Furthermore, there are valid concerns that opening the Aghdam road could potentially overshadow efforts to unblock the Lachin corridor. As previously mentioned, another significant aspect of the narrative surrounding the Aghdam road is its ability to divert attention from the Lachin issue. Even if an agreement is reached to open both routes simultaneously (though the complete opening of the Lachin corridor is unlikely), there are no credible guarantees that Baku will not later block the Lachin corridor using misleading justifications, effectively leaving only the Aghdam option. In such a scenario, the potential international backlash would be even more limited.

Apart from all the above-mentioned concerns, there is a deep-rooted feeling among the population of Nagorno-Karabakh that accepting “humanitarian aid” from a state that has been starving and killing them for months is a humiliation. Many people are not willing to endure this feeling of humiliation. Interestingly, the Aliyev regime has openly discussed its starvation tactics through its proxies. For instance,, a propaganda outlet closely affiliated with Azerbaijan’s Defense Ministry, published a video two months ago describing the starvation tactics in detail. In this “report,” the Armenians of Nagorno-Karabakh are likened to a wild cat that needs to be domesticated. Toward the end of this propaganda piece, the narrator calmly states that if Karabakh Armenians wish to access food and have medicines in their drug stores, they will have to go to Aghdam.

It is understandable that from an international perspective, the opening of all roads and communications should be welcomed. However, the context is also extremely important. It should not be overlooked that we are talking about one of the most brutal and complicated ethno-political conflicts in the world. An all-out war took place in the region just three years ago. There are many grievances and traumas on both sides of the conflict divide that simply cannot be ignored.

It is hard to imagine options like the opening of the Aghdam-Stepanakert road without the implementation of comprehensive confidence-building measures. This obvious reality is acknowledged by international commentators as well. Thomas de Waal, a senior fellow at Carnegie Europe, tweeted weeks ago: “In the medium to longer term, we can anticipate traffic with Aghdam, but that needs an agreement and dialogue with the Karabakh Armenians first, who are still deeply afraid of this option. It will not work if it is just declared overnight with no preparation.” What Baku has been doing for the last eight months is the direct opposite of dialogue and confidence-building.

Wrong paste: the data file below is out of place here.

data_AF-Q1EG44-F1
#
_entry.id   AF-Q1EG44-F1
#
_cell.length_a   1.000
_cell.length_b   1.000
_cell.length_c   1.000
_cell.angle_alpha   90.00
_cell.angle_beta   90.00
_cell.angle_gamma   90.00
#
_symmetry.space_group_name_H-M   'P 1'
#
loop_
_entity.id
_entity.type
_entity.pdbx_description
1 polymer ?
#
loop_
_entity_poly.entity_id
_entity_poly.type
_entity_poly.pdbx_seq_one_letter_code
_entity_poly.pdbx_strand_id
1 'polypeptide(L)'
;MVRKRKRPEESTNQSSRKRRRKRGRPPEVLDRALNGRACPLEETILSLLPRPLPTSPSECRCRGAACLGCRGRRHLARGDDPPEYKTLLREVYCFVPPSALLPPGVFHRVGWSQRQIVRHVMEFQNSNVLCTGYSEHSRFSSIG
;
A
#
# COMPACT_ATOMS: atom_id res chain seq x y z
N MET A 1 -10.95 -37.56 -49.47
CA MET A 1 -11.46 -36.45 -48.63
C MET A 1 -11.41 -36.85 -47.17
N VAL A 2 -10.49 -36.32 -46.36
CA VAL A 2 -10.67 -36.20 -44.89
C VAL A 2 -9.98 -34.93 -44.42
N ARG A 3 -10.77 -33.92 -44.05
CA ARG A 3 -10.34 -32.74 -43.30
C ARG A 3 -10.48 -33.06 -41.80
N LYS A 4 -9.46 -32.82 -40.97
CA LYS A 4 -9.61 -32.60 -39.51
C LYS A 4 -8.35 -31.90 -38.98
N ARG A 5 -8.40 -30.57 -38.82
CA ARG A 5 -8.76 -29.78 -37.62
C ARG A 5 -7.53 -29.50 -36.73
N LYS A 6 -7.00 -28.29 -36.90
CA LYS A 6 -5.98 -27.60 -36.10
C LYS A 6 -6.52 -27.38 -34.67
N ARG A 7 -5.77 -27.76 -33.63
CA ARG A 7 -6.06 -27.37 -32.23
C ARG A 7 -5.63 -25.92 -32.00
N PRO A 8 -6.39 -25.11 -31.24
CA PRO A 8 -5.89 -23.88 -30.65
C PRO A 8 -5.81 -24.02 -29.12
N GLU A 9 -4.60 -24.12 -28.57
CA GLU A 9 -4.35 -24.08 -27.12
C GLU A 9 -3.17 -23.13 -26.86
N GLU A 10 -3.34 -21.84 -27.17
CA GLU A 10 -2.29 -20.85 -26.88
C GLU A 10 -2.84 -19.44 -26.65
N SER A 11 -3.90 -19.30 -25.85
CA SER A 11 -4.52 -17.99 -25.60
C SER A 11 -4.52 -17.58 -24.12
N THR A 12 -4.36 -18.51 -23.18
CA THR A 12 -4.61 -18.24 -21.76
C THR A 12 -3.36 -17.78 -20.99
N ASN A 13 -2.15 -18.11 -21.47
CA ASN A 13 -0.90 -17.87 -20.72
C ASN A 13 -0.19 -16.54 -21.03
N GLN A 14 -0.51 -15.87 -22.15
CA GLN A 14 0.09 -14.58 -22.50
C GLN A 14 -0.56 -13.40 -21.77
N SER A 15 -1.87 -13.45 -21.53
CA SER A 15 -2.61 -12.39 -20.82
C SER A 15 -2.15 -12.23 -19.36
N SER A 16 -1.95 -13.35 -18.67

With this written, it is crucial to emphasize that the humanitarian situation in Nagorno-Karabakh is exceedingly dire. The availability of bread is already extremely limited. Under these circumstances, it is imperative to identify at least short-term solutions while understanding what is doable and what is not doable in this context.

The provision of any form of direct “humanitarian aid” from Azerbaijan to Nagorno-Karabakh is unviable in this situation. Even if the leadership in Stepanakert is inclined at some point to consider this option, it will not be politically feasible. Such a decision would likely lead to a substantial societal backlash, further destabilizing the already tense political atmosphere in Nagorno-Karabakh.

Given the circumstances, a potential short-term solution could align with the proposal of David Akopyan, a former UN official. Akopyan, who led the UN Development Program in Syria from 2017 to 2019, suggests that the Syrian model might offer insight for addressing the situation in Nagorno-Karabakh. He proposes that the UN Security Council adopts a binding resolution to facilitate the provision of cross-border humanitarian aid to Nagorno-Karabakh from Armenia. As a compromise, some portion of the international aid could be delivered through the Aghdam road but only under the auspices of the UN. Azerbaijan’s involvement in this process should be minimal. Moreover, greater pressure must be exerted on Baku to unblock the Lachin corridor, as Azerbaijan could otherwise exploit this option as well to perpetuate the current status quo. The use of sanctions against Azerbaijan should be seriously considered to achieve these goals.